Europe · Planning

Surviving a transfer at Amsterdam Airport

Originally I wouldn’t have had to set foot in Schiphol airport, but due to the horrible terrorist attacks on Brussels Airport on March 22, Delta Airlines no longer flew my initially booked flight. Instead of transferring in Atlanta International Airport, I’d transfer much closer to home; Amsterdam Airport Schiphol

I was quite happy with this change, even though we only had 50 minutes to transfer flights. First of all, I wouldn’t have to worry during a long flight about catching my connection (Yes, I’m not at ease until I’m sure I’m going to reach my destination), but most of all I wouldn’t have to transfer my own luggage from one flight onto another (thank god!) Fifty minutes seemed plenty of time when you take that last positive note into consideration. I’d be just a passport check and onto the next flight. Easy-peasy-lemon-squeezy!

But that was without taking in mind that I would have to go from one end of the airport to the entire other side. And let me tell you; Amsterdam Airport was a lot bigger than I expected. Add a ten minute delay of the first flight to that and we suddenly were on a tight schedule.

Luckily, upon arrival at Schiphol there was a lady at our arrival gate to inform us about the gate from which our transfer flight would leave. She also said that we would have to hurry up since that gate was pretty far. Without that information we wouldn’t have hurried as much as we did. We ended up running from Hall B to Hall G which – according to my standard iPhone app – was about 2km away from each other. Say what?

For close connection flights, Schiphol also provides a fast lane for passport control. A screen informs which flights are considered close-connection, so if your flight is on it, you can just move into the – usually – smaller queue. Obviously our flight was on the screen so passport control hardly delayed us. Big plus on organisation.

In case you miss your flight, there are self-service kiosks available on which you can rebook your own flights or find more information.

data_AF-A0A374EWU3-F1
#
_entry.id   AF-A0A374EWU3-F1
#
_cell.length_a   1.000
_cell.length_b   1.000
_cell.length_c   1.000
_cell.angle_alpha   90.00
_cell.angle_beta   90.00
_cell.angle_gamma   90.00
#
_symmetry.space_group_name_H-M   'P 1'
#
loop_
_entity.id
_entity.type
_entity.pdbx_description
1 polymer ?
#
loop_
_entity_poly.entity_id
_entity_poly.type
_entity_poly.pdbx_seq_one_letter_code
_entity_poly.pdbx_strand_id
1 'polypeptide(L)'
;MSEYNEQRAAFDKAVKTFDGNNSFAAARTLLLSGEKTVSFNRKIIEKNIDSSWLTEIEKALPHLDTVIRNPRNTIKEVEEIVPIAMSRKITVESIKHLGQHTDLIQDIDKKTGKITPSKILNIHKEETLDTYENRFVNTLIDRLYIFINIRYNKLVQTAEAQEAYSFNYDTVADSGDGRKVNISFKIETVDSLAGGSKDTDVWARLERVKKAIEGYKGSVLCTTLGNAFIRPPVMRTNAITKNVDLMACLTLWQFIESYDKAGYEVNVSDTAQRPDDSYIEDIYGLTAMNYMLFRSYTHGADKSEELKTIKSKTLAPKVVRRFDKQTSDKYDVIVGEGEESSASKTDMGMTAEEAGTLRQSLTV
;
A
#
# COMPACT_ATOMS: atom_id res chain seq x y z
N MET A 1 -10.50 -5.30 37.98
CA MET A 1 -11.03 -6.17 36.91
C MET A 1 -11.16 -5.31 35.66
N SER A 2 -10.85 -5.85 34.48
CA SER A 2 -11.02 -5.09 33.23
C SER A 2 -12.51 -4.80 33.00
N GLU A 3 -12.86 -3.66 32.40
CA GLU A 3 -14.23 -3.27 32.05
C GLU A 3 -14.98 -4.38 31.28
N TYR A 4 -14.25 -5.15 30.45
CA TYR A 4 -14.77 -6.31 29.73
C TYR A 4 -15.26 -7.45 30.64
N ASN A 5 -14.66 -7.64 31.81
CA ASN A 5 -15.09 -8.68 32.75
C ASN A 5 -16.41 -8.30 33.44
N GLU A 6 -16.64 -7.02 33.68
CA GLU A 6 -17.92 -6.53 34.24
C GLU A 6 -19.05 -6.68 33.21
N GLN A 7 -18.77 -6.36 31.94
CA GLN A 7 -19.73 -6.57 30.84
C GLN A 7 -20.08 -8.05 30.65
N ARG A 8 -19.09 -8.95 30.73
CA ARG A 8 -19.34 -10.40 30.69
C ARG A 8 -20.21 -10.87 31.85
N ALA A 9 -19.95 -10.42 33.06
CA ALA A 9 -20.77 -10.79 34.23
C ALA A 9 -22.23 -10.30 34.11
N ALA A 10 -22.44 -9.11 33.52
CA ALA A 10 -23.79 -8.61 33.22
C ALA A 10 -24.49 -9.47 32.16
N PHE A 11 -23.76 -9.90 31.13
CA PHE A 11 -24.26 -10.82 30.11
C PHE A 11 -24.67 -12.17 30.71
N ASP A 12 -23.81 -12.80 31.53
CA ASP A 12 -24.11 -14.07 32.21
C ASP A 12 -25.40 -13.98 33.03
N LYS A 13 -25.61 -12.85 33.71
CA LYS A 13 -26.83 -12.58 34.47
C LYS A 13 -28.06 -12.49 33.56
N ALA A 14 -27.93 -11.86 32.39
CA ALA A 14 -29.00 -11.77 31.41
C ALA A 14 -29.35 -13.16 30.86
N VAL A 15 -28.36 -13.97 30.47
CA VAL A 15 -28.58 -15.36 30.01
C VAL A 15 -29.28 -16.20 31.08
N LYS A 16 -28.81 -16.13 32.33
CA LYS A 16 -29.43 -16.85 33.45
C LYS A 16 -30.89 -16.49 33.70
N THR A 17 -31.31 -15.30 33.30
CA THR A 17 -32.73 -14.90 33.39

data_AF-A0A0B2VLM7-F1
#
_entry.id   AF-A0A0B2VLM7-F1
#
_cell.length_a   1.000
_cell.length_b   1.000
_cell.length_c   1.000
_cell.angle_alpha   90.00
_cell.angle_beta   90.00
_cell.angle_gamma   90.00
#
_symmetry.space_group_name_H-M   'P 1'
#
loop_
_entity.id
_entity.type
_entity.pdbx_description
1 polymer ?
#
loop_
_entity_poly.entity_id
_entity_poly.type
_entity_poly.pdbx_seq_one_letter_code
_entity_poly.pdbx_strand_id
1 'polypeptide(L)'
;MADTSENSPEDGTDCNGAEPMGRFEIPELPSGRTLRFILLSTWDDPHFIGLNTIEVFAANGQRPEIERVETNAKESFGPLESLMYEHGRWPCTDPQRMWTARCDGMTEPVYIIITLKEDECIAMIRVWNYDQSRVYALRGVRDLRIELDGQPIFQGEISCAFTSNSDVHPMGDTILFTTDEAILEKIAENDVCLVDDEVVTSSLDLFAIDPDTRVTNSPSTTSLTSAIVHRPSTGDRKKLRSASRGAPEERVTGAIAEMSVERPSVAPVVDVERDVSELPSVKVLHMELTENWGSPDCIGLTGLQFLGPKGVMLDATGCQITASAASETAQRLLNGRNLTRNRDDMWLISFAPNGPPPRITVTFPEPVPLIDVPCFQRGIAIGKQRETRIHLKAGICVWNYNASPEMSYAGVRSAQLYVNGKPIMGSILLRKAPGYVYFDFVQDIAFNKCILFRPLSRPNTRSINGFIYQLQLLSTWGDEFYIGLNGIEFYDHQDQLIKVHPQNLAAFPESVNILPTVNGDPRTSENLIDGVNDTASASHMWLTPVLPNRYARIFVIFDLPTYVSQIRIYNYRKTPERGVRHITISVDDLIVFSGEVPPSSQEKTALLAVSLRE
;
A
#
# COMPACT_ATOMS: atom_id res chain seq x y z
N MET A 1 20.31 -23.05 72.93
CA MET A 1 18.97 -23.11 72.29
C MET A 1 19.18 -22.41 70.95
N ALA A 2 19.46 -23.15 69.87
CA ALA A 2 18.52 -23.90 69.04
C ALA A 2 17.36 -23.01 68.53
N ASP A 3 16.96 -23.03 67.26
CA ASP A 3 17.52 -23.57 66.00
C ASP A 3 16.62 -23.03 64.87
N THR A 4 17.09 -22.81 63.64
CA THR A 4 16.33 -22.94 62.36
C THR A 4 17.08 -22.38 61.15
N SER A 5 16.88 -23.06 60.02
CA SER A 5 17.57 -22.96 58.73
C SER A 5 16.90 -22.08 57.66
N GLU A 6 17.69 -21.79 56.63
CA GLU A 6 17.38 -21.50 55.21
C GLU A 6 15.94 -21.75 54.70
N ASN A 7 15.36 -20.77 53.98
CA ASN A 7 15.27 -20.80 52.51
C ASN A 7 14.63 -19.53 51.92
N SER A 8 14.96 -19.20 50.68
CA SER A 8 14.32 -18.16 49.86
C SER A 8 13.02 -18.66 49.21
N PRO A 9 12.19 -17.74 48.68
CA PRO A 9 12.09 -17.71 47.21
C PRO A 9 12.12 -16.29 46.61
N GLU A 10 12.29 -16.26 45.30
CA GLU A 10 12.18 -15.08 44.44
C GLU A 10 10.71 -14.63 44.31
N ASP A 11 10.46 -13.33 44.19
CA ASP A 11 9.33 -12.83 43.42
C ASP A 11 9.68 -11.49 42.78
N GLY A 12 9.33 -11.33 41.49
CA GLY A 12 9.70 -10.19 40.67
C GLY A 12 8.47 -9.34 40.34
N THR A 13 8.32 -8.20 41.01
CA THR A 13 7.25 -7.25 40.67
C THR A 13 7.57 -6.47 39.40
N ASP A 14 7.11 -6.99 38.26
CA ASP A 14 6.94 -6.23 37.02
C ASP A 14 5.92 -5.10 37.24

But we made it. Phew. Now the only thing I’d still had to worry about was my appearance – all red and sweaty – to the person sitting next to me. Thank god I’d stowed a small deodorant bottle in my carry-on.

On the way back home, we also transfered in Amsterdam Airport, but then we had over four hours to explore the airport. There are plenty of souvenir shops and eateries, so you can keep yourself busy for a while. They even have a museum (which was closed at the time we were there, sadly) so I can think of a worse place to transfer.

Anyway, here are some tips in you have to transfer (in a short time) in Amsterdam Airport Shiphol:

  1. Make sure – if possible – you already have the boarding card for your next flight
  2. Check if you can already know from which gate your connection flight leaves, or have a map of the airport with you
  3. Definitely ask information at the airport personnel waiting at your arrival gate.
  4. Check if your flight is on the short-connection screens so you can use the separate lane at passport control
  5. Know that Schiphol is quite big and it can take up to thirty minutes to go from one gate to another.

Even though I didn’t get to see much of the airport the first time, I did get to explore quite a big on the way back home and it’s really a nice airport. Just make sure you have plenty of time and you’ll be fine.





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